The purpose of the Arizona Child Support Guidelines is:
1. To establish a standard of support for children consistent with the reasonable needs of
children and the ability of parents to pay.
2. To make child support orders consistent for persons in similar circumstances.
3. To give parents and courts guidance in establishing child support orders and to promote settlements.
4. To comply with state law (Arizona Revised Statutes, Section 25-320) and federal law
(42 United States Code, Section 651 et seq., 45 Code of Federal Regulations, Section 302.56) and any amendments thereto.
Appendix to A.R.S. §25-320: Arizona Child Support Guidelines, Section 1.
In any action to modify child support, whether temporary or permanent, the amount resulting from application of the Arizona Child Support Guidelines guidelines shall be the amount of child support ordered. These include, without limitation, all actions or proceedings brought under Title 25 of the Arizona Revised Statutes in which a child support order is established or modified. However, if application of the guidelines would be inappropriate or unjust in a particular case, the court shall deviate from the guidelines in accordance with Section 20. Appendix to A.R.S. §25-320: Arizona Child Support Guidelines, Section 3.
Section 5(E) of the Arizona Child Support Guidelines, Ariz. Rev. Stat. § 25-320 app. (2007), implements the policy that both parents, regardless of their employment status, must provide appropriately for their children's reasonable needs. The section allows a court to attribute hypothetical income and expenses to protect a working parent from paying a disproportionate amount of the total support obligation when the other parent has chosen not to earn income to the extent he or she is able. Section 5(E) requires the court to consider the manner in which a parent's decision not to work (and the consequent reduction in income available for child support) will affect the children, and to weigh that impact against the benefits of the parent's choice. The benefits must be determined on a case-by-case basis, and the court may consider such factors as whether the decision is (1) designed to enhance future earning capacity; (2) places the children in financial peril; (3) allows a parent more needed time at home with his or her children; and (4) appropriate in view of the individual needs of a particular child.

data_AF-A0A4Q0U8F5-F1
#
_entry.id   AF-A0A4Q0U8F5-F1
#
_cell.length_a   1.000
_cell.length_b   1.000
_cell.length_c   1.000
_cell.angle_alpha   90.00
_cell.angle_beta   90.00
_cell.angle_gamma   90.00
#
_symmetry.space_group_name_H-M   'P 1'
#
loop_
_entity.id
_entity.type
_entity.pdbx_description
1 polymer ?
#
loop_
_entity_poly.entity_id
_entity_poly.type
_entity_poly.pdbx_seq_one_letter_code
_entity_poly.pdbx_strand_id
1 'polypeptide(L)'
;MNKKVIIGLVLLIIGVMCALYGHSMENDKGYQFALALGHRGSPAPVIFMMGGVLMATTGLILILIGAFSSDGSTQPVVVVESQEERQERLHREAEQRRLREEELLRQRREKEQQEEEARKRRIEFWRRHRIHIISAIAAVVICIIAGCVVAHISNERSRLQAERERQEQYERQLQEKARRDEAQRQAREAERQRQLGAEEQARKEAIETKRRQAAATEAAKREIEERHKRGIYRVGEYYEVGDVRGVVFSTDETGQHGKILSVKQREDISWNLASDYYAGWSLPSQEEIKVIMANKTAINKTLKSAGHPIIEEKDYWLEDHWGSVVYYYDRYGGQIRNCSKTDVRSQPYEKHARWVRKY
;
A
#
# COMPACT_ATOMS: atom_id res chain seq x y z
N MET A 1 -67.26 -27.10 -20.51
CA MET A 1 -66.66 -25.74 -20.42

Section 5(E) of the Arizona Child Support Guidelines, Ariz. Rev. Stat. § 25-320 app. (2007).
Section 20 of the Arizona Child Support Guidelines (A): The court shall deviate from the guidelines, i.e., order child support in an amount different from that which is provided pursuant to these guidelines, after considering all relevant factors, including those set forth in Arizona Revised Statutes Section 25-320, and applicable case law, only if all of the following criteria are met:
1. Application of the guidelines is inappropriate or unjust in the particular case,
2. The court has considered the best interests of the child in determining the amount of a deviation. A deviation that reduces the amount of child support paid is not, by itself, contrary to the best interests of the child,